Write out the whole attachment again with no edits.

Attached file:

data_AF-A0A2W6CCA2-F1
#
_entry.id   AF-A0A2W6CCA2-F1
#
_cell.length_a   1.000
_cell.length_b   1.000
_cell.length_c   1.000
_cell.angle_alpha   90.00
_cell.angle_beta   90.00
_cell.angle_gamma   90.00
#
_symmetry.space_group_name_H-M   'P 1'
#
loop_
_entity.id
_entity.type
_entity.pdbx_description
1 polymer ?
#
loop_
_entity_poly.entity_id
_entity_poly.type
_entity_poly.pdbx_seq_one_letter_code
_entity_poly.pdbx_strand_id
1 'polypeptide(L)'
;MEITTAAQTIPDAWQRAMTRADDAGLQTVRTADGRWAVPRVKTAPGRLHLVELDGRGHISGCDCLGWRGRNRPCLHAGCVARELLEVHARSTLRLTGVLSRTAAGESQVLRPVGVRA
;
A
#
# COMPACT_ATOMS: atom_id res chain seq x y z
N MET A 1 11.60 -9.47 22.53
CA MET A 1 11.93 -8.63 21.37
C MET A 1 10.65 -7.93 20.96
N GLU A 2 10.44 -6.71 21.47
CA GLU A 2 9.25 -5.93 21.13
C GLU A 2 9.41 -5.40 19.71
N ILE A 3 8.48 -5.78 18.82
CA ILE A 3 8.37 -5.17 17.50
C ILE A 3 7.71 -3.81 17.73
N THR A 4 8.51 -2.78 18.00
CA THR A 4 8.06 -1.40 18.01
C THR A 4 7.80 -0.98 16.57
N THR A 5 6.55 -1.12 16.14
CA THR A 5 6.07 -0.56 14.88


data_AF-A0A2W6CCA2-F1
#
_entry.id   AF-A0A2W6CCA2-F1
#
_cell.length_a   1.000
_cell.length_b   1.000
_cell.length_c   1.000
_cell.angle_alpha   90.00
_cell.angle_beta   90.00
_cell.angle_gamma   90.00
#
_symmetry.space_group_name_H-M   'P 1'
#
loop_
_entity.id
_entity.type
_entity.pdbx_description
1 polymer ?
#
loop_
_entity_poly.entity_id
_entity_poly.type
_entity_poly.pdbx_seq_one_letter_code
_entity_poly.pdbx_strand_id
1 'polypeptide(L)'
;MEITTAAQTIPDAWQRAMTRADDAGLQTVRTADGRWAVPRVKTAPGRLHLVELDGRGHISGCDCLGWRGRNRPCLHAGCVARELLEVHARSTLRLTGVLSRTAAGESQVLRPVGVRA
;
A
#
# COMPACT_ATOMS: atom_id res chain seq x y z
N MET A 1 11.60 -9.47 22.53
CA MET A 1 11.93 -8.63 21.37
C MET A 1 10.65 -7.93 20.96
N GLU A 2 10.44 -6.71 21.47
CA GLU A 2 9.25 -5.93 21.13
C GLU A 2 9.41 -5.40 19.71
N ILE A 3 8.48 -5.78 18.82
CA ILE A 3 8.37 -5.17 17.50
C ILE A 3 7.71 -3.81 17.73
N THR A 4 8.51 -2.78 18.00
CA THR A 4 8.06 -1.40 18.01
C THR A 4 7.80 -0.98 16.57
N THR A 5 6.55 -1.12 16.14
CA THR A 5 6.07 -0.56 14.88